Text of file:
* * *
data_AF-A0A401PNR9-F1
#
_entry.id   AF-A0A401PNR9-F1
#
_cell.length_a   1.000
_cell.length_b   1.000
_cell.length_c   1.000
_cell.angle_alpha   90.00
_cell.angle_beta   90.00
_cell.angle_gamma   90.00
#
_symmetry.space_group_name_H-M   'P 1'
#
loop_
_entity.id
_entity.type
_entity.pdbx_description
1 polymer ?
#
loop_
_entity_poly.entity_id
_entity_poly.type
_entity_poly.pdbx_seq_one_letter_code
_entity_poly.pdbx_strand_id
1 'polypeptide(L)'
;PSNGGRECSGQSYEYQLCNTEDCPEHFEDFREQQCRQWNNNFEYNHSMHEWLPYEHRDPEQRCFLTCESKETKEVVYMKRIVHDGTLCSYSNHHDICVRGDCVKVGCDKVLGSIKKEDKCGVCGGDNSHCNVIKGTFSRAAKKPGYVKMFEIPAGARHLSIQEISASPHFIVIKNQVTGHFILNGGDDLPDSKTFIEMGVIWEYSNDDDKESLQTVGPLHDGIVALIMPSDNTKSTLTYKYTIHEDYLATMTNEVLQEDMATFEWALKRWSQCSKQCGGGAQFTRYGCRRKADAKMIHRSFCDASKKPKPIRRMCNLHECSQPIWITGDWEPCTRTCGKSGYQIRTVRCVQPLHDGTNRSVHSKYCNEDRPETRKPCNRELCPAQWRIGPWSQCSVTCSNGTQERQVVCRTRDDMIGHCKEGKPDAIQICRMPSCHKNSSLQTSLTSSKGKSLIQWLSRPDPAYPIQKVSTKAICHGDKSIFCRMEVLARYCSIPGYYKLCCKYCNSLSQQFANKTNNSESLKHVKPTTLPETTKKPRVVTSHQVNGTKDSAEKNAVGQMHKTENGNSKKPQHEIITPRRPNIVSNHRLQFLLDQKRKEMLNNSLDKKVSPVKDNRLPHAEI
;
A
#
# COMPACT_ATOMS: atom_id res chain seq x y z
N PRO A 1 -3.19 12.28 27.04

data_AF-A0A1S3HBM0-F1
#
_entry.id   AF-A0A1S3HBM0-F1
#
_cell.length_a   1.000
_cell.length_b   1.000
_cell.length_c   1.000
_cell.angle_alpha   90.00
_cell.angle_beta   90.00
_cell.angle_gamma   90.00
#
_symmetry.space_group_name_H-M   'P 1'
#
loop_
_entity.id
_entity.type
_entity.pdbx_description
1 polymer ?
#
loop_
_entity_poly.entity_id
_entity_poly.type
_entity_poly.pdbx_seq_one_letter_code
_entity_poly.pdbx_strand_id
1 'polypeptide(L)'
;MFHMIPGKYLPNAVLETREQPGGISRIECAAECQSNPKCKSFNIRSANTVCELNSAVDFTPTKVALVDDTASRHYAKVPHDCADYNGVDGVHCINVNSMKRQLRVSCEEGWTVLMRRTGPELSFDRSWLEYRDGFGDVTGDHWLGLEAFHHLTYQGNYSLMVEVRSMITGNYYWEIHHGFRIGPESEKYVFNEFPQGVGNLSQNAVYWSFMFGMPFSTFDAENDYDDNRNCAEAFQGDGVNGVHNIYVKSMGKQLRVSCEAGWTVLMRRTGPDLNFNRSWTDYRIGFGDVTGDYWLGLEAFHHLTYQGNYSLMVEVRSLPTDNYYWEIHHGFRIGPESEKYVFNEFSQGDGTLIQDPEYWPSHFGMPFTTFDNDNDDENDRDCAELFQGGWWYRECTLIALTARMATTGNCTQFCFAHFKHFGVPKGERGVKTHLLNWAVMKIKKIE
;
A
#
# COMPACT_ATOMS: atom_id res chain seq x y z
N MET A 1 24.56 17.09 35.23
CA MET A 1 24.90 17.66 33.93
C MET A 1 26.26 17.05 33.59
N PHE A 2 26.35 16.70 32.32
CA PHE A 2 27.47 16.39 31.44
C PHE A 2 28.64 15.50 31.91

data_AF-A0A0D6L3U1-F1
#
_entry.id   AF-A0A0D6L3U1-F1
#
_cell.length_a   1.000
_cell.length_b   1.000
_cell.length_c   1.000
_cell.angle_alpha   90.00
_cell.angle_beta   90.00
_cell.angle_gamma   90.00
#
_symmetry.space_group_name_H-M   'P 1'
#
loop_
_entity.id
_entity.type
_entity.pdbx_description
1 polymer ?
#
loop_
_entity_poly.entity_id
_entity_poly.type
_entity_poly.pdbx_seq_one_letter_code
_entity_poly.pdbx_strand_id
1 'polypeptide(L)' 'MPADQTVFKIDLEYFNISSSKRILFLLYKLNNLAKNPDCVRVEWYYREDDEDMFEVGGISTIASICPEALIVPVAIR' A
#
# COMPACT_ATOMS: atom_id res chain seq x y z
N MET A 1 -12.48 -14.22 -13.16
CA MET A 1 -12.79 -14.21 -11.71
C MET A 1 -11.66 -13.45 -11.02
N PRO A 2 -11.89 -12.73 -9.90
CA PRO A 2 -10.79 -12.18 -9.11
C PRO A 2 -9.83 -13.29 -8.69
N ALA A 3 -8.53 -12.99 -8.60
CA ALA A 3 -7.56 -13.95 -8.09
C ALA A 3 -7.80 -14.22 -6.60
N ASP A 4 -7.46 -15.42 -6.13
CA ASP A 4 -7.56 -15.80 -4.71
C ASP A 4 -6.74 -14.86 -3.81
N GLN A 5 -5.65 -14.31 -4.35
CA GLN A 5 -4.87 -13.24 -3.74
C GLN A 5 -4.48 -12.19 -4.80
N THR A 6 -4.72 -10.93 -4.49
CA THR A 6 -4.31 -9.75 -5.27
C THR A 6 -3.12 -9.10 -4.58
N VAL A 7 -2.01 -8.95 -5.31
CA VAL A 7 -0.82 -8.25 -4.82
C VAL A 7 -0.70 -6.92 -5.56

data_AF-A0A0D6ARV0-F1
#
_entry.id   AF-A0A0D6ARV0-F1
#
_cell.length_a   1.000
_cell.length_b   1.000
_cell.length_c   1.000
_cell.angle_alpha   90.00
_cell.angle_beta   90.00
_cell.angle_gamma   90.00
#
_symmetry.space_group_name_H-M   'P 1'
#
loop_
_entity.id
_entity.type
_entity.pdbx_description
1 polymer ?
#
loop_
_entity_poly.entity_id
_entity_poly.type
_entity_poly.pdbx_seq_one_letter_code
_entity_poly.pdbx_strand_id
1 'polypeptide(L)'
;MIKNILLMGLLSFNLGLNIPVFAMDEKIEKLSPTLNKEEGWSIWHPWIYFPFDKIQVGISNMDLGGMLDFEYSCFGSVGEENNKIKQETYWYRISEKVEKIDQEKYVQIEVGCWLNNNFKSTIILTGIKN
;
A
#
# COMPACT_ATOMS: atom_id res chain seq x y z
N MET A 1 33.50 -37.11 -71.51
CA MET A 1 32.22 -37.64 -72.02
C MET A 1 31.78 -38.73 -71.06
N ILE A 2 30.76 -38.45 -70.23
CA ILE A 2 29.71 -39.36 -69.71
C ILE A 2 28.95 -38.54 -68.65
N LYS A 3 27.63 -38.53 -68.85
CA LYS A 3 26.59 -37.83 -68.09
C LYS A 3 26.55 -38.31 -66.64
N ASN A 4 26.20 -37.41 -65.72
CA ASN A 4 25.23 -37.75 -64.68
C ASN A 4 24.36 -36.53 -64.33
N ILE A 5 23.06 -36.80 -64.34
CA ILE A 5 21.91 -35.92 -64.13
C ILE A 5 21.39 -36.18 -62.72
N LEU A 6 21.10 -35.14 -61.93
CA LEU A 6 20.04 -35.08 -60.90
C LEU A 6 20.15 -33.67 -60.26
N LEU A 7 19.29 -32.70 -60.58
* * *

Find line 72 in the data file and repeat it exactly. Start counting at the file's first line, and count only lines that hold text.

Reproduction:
_cell.length_a   1.000